The limits of DGZ16 in rejecting an argument that it was unreasonable to fail to exercise the power in s 473DC

For some time, it had been thought that the argument that it was unreasonable for the IAA to fail to exercise its power in s 473DC to obtain new information if the IAA was proposing to make a different and adverse conclusion to that of the delegate was limited to where the delegate did not consider relocation (or a particular place of relocation) and the IAA affirmed the refusal based on relocation (or to a different place of relocation).

This has been confirmed as wrong.

In DPI17 v Minister for Home Affairs [2019] FCAFC 43, the IAA rejected the applicant’s claim to have been sexually abused, even though the delegate accepted the claim. The IAA did not put to the applicant that it intended to reach a different finding, and seek new information.  Griffiths and Steward JJ said at [40]-[42]:

It is appropriate to say something more about DGZ16 and the Minister’s strong reliance upon it. In particular, the Minister pointed to what the Full Court said in DGZ16 at [72] (which is set out in [32] above). That passage should be read in the context of the particular facts and circumstances of that case. As the Full Court had earlier emphasised at [70], that was not a case where the IAA had decided a point which was not the point decided by the delegate. Instead, as is made clear at [74], the Full Court was responding there to a contention made by the appellant there that, merely because the IAA had before it the appellant’s submissions and had accepted the new information in those submissions, the IAA was obliged, whether as a matter of legal reasonableness or otherwise, to invite the appellant to respond once the IAA formed specific reservations about the appellant’s case. It was in this context, and with particular reference to the circumstances of that case, that the Full Court stated at [76] that it was open to the IAA to disagree with the delegate’s evaluation of the material without providing the appellant with an opportunity to respond.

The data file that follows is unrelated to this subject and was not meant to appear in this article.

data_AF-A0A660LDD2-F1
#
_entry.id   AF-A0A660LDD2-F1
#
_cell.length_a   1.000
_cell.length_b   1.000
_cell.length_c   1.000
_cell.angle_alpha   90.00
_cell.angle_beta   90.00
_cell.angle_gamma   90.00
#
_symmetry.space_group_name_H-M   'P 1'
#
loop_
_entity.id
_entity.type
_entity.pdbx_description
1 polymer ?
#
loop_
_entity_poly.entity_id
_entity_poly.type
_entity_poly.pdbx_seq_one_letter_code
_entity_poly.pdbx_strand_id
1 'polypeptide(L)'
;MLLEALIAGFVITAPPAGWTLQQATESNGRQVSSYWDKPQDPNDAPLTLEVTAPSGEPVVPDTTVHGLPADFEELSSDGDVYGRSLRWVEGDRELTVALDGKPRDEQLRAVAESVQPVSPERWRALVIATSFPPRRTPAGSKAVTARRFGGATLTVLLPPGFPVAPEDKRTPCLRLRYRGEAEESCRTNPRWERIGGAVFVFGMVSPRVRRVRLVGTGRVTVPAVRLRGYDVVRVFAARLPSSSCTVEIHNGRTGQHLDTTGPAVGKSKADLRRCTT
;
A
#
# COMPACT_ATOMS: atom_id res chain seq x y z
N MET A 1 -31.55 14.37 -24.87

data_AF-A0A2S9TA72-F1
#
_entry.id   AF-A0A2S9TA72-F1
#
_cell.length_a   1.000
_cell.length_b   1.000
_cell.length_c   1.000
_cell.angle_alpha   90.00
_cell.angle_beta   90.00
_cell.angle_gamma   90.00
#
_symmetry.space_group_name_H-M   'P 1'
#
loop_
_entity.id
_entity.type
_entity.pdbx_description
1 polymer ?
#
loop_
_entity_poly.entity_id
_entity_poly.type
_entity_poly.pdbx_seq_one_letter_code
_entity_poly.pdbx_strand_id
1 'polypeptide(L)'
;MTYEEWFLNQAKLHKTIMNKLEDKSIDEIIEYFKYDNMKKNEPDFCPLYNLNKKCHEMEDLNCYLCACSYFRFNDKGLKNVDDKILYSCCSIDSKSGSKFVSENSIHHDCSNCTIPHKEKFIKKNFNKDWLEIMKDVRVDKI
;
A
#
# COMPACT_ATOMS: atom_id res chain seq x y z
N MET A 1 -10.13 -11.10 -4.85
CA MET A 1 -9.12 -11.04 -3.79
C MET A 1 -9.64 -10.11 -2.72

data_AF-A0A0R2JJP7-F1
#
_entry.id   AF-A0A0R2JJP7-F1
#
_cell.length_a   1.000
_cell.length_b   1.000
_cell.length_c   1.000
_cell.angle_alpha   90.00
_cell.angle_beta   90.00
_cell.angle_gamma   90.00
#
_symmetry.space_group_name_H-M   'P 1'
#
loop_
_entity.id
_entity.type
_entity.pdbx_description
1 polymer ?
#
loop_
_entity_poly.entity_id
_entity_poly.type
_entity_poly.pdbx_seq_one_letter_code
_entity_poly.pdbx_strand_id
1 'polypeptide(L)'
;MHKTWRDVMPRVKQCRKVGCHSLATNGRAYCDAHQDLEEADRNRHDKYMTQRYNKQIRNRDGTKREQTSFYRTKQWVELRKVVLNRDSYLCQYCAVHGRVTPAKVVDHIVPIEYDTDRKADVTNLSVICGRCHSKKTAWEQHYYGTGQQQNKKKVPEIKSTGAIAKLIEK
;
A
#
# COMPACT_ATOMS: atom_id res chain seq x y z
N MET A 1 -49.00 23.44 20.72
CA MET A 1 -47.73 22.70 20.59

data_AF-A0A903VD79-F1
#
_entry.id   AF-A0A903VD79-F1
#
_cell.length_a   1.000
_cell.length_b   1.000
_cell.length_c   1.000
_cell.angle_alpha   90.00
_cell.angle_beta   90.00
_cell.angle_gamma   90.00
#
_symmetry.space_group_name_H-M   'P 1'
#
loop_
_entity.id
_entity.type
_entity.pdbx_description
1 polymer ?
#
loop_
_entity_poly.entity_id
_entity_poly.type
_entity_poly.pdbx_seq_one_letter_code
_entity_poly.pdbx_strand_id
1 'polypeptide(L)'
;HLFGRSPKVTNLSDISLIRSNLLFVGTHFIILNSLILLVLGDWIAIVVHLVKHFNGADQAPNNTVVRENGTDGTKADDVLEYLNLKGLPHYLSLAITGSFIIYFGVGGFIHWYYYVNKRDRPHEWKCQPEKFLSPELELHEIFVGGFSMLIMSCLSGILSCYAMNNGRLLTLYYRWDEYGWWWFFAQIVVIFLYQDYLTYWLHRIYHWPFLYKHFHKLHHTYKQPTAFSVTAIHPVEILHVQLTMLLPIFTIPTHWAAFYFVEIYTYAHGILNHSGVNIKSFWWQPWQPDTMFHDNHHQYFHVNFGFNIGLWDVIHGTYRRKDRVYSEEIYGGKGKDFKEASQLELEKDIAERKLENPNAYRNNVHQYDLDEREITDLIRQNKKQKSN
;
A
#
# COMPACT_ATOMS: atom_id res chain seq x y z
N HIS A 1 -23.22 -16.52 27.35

These statements by the Full Court should not be viewed as establishing a general principle that the IAA is never obliged to provide the appellant with an opportunity to respond if the IAA disagrees with the delegate’s evaluation of material.

It is significant that the Full Court in DGZ16 viewed the case there as being different from that in CRY16 (where the IAA affirmed the delegate’s decision to refuse the SHEV but on a different basis of reallocation which had not been addressed by the delegate). In DGZ16, their Honours expressly stated at [70] that in DGZ16 that “there may be circumstances in which it is legally unreasonable not to consider the exercise of the discretionary power in s 473DC(3)”. This statement serves to underline the central importance of paying close attention to the particular facts and circumstances in which the issue of legal unreasonableness is raised.

Mortimer J’s also reasons set out the particular facts and importance of being able to observe demeanour in cases where sexual abuse are claimed (the IAA did not have the benefit of observing the applicant in the interview). However, her Honour’s reasons do not suggest that unreasonableness is limited to this kind of fact scenario, and the applicability of DPI17 is not confined in this way.